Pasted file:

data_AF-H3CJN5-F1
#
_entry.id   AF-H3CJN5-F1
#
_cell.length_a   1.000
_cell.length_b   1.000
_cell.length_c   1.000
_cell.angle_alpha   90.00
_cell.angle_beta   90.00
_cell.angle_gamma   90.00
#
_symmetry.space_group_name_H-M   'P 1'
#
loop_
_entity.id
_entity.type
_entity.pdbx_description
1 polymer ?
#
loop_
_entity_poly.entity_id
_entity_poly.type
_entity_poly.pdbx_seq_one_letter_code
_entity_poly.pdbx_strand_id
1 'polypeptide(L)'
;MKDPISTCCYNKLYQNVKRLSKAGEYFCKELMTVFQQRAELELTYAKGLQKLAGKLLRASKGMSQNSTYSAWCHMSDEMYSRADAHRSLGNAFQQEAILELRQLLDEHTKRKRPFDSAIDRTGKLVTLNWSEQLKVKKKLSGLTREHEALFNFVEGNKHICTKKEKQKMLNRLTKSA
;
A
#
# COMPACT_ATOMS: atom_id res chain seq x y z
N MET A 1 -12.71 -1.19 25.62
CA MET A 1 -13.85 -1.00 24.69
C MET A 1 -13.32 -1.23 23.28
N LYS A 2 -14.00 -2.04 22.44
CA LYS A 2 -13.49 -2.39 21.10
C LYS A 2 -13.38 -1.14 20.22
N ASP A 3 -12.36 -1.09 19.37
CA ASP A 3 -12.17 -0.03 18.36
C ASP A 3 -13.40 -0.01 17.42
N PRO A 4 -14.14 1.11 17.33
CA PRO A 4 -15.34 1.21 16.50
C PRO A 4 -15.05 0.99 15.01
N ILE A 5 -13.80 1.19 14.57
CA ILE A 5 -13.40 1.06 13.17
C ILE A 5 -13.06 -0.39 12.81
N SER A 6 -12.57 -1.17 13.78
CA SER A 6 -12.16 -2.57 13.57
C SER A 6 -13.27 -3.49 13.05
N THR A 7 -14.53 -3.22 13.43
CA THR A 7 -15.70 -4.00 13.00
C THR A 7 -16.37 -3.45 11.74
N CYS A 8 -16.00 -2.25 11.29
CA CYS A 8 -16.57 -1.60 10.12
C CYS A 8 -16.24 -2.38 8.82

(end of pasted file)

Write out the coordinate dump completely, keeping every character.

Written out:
data_AF-H3CJN5-F1
#
_entry.id   AF-H3CJN5-F1
#
_cell.length_a   1.000
_cell.length_b   1.000
_cell.length_c   1.000
_cell.angle_alpha   90.00
_cell.angle_beta   90.00
_cell.angle_gamma   90.00
#
_symmetry.space_group_name_H-M   'P 1'
#
loop_
_entity.id
_entity.type
_entity.pdbx_description
1 polymer ?
#
loop_
_entity_poly.entity_id
_entity_poly.type
_entity_poly.pdbx_seq_one_letter_code
_entity_poly.pdbx_strand_id
1 'polypeptide(L)'
;MKDPISTCCYNKLYQNVKRLSKAGEYFCKELMTVFQQRAELELTYAKGLQKLAGKLLRASKGMSQNSTYSAWCHMSDEMYSRADAHRSLGNAFQQEAILELRQLLDEHTKRKRPFDSAIDRTGKLVTLNWSEQLKVKKKLSGLTREHEALFNFVEGNKHICTKKEKQKMLNRLTKSA
;
A
#
# COMPACT_ATOMS: atom_id res chain seq x y z
N MET A 1 -12.71 -1.19 25.62
CA MET A 1 -13.85 -1.00 24.69
C MET A 1 -13.32 -1.23 23.28
N LYS A 2 -14.00 -2.04 22.44
CA LYS A 2 -13.49 -2.39 21.10
C LYS A 2 -13.38 -1.14 20.22
N ASP A 3 -12.36 -1.09 19.37
CA ASP A 3 -12.17 -0.03 18.36
C ASP A 3 -13.40 -0.01 17.42
N PRO A 4 -14.14 1.11 17.33
CA PRO A 4 -15.34 1.21 16.50
C PRO A 4 -15.05 0.99 15.01
N ILE A 5 -13.80 1.19 14.57
CA ILE A 5 -13.40 1.06 13.17
C ILE A 5 -13.06 -0.39 12.81
N SER A 6 -12.57 -1.17 13.78
CA SER A 6 -12.16 -2.57 13.57
C SER A 6 -13.27 -3.49 13.05
N THR A 7 -14.53 -3.22 13.43
CA THR A 7 -15.70 -4.00 13.00
C THR A 7 -16.37 -3.45 11.74
N CYS A 8 -16.00 -2.25 11.29
CA CYS A 8 -16.57 -1.60 10.12
C CYS A 8 -16.24 -2.38 8.82